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By Jennifer Yousfi
Online retail sales continue to defy the economic downturn while their brick-and-mortar counterparts struggle. But while online sales continue to grow, the rate of growth is slowing.
Web-based selling is still a relatively new way of retailing and has yet to be tested by a true economic contraction. So while theories are plentifuly and varied, there's no historical standard to point the way this time.
Experts agree that online stores continue to do well despite the current slowdown in U.S. consumer spending, but their reasons for the continued success of Web-based retailers differ.
"Store sales will be hit harder than Internet sales because affluent shoppers, who form the core of online buyers, tend to ride out economic downturns better than lower- and middle-income consumers," said Jeff Grau, eMarketer senior analyst.
But others believe that bargain hunting, not higher incomes, is driving Web traffic.
"Disposable incomes are being squeezed and what is drawing people online is the perception that the internet is cheaper and that they can shop around to get bargains and lower prices," said Malcolm Pinkerton, senior retail analyst at Verdict Research. "Broadband is also cheaper and it has broadened the spectrum of people who can shop online."
It's likely to be a combination of both, as even higher income consumers search for ways to offset the crippling cost of gas.
Online is Big Business
There were $127.7 billion in U.S. e-commerce sales in 2007, according to eMarketer data. The research firm estimates that number will hit $146 billion in 2008. But while those numbers are impressive, online sales only account for about 4% of total U.S. retail sales.
First quarter sales for Amazon.com Inc. (AMZN), one of the best-known names in online retailing increased 37% to $4.13 billion in the first quarter of 2008 compared to $3.02 for the same period a year ago.
"Our sales growth this quarter was driven by low prices and millions of in-stock items available for immediate shipment," said Chief Executive Officer Jeff Bezos, founder of Amazon.com, in the company's earnings release statement. "We're grateful to our customers."
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Traditional retail outlets such as Wal-Mart Stores Inc. (WMT) have been able to cut costs and continue sales growth with heavy discounting. Wal-Mart sales grew 10% in the retail giant's fiscal first quarter. But Wal-Mart is the exception, not the rule, as other retail businesses such as The Home Depot Inc. (HD) and J.C. Penney Co. Inc. (JCP) have posted losses and sales declines.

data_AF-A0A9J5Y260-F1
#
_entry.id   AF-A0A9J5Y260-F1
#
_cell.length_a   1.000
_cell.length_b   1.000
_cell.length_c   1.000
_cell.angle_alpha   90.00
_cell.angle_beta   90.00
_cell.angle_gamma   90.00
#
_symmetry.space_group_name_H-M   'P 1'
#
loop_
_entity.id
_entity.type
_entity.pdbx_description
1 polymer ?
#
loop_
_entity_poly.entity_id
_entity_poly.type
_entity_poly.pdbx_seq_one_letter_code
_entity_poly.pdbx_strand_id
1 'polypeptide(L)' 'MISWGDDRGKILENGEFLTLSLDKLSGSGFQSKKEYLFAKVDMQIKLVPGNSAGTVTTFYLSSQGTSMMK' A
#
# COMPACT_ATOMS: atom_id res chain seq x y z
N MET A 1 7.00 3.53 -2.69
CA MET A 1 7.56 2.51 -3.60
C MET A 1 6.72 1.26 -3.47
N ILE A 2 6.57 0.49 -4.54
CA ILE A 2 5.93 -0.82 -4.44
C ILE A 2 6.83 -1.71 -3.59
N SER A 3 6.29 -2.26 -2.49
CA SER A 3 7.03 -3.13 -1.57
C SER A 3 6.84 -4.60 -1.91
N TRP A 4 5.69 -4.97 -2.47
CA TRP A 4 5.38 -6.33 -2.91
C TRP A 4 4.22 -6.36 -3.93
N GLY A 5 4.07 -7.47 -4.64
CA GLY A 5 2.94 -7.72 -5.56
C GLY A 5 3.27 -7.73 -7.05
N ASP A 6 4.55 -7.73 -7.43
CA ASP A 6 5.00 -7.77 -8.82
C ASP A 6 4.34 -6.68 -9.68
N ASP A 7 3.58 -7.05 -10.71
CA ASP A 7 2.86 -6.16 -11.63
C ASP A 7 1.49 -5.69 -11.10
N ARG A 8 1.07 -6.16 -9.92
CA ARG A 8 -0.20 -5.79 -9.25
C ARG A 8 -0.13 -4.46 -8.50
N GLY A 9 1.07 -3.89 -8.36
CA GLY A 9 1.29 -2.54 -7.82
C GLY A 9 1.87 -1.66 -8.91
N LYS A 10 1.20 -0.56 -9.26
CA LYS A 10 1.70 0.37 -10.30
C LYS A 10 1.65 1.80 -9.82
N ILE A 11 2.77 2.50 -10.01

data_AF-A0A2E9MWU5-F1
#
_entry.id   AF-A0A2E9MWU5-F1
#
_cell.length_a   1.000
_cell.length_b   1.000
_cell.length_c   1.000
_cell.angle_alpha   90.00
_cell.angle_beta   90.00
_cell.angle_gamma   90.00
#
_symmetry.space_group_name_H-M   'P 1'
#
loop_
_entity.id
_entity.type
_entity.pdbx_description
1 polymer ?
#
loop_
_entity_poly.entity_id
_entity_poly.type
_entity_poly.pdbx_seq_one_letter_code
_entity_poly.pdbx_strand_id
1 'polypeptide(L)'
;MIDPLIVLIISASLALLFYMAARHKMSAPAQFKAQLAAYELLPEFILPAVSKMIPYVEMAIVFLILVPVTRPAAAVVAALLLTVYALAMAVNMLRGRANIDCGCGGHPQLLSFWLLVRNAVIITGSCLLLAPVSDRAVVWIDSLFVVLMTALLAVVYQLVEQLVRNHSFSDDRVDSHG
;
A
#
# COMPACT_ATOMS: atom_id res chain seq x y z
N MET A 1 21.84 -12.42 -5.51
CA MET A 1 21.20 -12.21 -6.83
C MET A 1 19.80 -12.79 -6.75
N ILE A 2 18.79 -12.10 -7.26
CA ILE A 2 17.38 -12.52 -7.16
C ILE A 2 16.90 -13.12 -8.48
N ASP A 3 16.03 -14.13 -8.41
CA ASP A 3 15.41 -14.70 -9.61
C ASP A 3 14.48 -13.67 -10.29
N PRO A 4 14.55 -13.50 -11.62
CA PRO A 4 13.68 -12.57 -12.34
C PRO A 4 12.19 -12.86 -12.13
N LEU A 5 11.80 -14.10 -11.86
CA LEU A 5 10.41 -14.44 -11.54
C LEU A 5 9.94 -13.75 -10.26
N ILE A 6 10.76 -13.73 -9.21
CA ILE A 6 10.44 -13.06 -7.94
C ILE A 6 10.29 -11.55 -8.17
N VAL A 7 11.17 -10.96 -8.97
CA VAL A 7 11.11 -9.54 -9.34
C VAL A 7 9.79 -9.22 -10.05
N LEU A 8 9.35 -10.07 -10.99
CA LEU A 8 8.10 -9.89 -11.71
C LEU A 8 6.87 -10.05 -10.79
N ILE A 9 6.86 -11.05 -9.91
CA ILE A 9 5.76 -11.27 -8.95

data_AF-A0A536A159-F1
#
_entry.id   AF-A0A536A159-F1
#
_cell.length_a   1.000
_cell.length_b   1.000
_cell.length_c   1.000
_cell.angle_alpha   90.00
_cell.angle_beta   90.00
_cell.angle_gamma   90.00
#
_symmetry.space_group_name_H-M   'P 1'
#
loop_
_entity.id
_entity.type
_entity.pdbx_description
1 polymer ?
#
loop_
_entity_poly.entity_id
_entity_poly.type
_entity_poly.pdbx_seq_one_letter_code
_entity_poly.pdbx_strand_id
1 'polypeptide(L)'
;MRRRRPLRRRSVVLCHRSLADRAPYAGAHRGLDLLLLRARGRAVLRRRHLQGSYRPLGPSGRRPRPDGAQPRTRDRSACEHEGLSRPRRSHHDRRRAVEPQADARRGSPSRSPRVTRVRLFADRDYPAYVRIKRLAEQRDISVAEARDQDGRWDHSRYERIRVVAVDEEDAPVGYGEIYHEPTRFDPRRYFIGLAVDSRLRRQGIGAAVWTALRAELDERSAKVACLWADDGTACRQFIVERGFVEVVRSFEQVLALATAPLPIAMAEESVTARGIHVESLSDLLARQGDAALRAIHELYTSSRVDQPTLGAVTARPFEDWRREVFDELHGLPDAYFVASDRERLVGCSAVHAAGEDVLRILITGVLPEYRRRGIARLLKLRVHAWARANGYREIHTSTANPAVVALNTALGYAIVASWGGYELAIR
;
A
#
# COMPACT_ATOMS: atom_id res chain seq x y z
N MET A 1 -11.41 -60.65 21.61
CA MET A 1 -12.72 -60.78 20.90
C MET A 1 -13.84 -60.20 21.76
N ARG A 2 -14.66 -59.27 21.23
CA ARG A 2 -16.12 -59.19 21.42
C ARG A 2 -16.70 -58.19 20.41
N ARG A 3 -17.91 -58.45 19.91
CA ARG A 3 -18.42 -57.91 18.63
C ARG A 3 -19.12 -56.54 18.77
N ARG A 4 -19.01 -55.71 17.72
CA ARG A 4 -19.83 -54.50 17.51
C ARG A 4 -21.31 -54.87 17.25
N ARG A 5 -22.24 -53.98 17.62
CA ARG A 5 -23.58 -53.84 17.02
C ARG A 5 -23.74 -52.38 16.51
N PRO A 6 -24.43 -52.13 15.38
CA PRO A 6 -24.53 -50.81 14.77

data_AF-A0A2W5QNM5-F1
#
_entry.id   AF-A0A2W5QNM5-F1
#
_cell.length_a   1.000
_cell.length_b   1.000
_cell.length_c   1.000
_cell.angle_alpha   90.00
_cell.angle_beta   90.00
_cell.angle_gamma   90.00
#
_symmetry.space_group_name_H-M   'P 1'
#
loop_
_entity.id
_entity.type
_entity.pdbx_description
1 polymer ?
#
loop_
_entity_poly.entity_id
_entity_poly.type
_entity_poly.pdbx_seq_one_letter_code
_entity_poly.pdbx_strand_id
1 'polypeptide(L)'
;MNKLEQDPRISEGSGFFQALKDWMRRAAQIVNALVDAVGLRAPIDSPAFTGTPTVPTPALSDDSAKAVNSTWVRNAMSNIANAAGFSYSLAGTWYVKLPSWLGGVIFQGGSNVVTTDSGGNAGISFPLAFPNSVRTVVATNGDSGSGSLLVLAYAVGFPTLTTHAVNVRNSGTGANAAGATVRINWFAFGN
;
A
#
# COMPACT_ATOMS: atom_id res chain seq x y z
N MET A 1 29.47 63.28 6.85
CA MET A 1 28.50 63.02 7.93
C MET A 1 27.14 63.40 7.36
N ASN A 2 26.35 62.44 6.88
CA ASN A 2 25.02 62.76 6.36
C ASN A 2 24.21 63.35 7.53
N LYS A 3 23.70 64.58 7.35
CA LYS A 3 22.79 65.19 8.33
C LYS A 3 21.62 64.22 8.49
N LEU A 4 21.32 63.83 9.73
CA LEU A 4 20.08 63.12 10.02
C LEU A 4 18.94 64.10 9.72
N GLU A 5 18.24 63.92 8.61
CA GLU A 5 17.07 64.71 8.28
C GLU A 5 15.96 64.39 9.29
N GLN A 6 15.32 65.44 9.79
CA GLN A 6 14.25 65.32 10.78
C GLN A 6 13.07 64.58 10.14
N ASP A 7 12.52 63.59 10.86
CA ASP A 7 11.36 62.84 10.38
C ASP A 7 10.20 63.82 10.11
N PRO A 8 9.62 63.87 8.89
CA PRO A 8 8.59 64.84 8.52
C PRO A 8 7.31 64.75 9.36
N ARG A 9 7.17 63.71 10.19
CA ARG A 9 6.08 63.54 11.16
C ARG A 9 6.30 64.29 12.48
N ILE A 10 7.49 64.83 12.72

Penney is hoping the Web holds the key to improved sales for the struggling clothing and home furnishing retailer. Online sales are the fast growing division for the firm and management is allocating the marketing budget accordingly.
"We see JCP.com as the No. 1 priority as we go forward as far as where that money will go," Mike Boylson, executive vice president and chief marketing officer, said Tuesday in a keynote address to the Internet Retailer Conference & Exhibition in Chicago, Internet Retailer reported.
No One Knows What the Online Future Holds
Even with more traditional retailers jumping on the Internet bandwagon, the recent rapid growth in online retail sales is going to slow, according to a recent eMarketer report. Sales growth in 2008 is expected to slow to 14.3% from a growth rate of 19.8% in 2007. Future projections see a similar steady decline (see chart below).
"A drop in the number of new online buyers is an inevitable sign of the maturation of the online retail channel," said Grau. But as more people gain Internet-access, "Retail e-commerce could get a boost from underserved consumer segments such as seniors and Hispanic-Americans."
More people are jumping on the net daily. Philadelphia already offers free wireless Internet access to its residents. As the price of computers comes down and if more cities follow Philly's lead, millions of consumers who didn't have access to the Web before could become new online shoppers.
"Online retail sales are maturing and the lion's share of future growth will primarily come from existing buyers spending more in the online channel," Patti Freeman Evans, senior analyst at JupiterResearch, said. "Assuming growth continues in a similar trajectory over the coming decades, U.S. online retail sales will plateau at 10% to 15% of total U.S. retail sales, barring a dramatic change in the online shopping experience that promotes an inordinate spending shift among buyers"
Technology is always changing and an "inordinate spending shift" doesn't seem too far out of the realm of possibility. Just a decade ago, a phone like Apple Inc.'s (AAPL) new 3G iPhone seemed impossible. If more and more people are carrying full Internet-access around in their pockets, it's almost impossible to predict what the effect will be on Web-based retail sales.
News and Related Story Links:
- Press Release:
Amazon.com Announces First Quarter Sales up 37% to $4.1 Billion; Electronics and Other General Merchandise Grows 56%; Media Grows 28%
- Internet Retailer:
J.C. Penney makes web marketing a top priority
Online Retail Growth Is Slowing
- Money Morning:
Retail Sales Slip Even as Consumers Continue to Spend